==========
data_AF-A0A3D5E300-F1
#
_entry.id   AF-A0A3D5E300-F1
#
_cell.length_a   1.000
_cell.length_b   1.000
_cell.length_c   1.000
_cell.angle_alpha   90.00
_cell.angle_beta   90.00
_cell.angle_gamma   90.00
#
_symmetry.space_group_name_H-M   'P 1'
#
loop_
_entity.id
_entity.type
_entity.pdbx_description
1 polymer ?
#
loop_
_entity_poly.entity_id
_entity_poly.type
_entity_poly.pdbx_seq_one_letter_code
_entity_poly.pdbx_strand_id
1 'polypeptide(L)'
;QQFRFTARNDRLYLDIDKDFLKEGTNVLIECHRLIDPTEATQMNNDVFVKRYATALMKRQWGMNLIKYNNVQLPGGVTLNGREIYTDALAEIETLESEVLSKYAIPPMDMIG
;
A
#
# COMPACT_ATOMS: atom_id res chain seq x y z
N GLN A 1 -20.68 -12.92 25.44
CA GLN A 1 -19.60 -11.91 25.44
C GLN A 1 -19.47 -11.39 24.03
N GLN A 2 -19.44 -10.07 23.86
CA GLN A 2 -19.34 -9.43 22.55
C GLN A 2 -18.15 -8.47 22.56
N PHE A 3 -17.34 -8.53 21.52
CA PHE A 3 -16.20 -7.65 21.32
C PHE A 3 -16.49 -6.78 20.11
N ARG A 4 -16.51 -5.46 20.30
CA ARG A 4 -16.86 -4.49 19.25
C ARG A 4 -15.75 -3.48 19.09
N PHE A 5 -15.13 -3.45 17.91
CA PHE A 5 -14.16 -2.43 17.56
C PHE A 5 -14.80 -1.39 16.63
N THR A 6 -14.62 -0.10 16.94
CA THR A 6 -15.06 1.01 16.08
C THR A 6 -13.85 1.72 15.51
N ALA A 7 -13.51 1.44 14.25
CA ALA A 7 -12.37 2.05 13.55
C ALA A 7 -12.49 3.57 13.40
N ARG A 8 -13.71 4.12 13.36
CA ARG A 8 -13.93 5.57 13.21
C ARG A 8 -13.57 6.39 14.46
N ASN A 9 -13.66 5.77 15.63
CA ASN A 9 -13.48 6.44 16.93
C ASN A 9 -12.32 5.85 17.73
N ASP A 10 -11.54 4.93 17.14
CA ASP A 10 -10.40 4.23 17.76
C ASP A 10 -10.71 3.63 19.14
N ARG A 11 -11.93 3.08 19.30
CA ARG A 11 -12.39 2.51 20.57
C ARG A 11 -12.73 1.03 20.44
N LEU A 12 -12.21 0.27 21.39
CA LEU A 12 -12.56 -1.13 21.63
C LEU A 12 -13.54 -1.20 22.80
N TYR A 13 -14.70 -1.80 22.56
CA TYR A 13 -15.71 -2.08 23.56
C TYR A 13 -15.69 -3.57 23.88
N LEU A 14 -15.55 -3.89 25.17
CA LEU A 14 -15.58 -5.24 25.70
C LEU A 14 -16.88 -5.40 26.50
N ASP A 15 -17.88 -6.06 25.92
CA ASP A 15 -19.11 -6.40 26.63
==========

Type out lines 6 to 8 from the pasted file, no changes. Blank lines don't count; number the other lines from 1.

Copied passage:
_cell.length_b   1.000
_cell.length_c   1.000
_cell.angle_alpha   90.00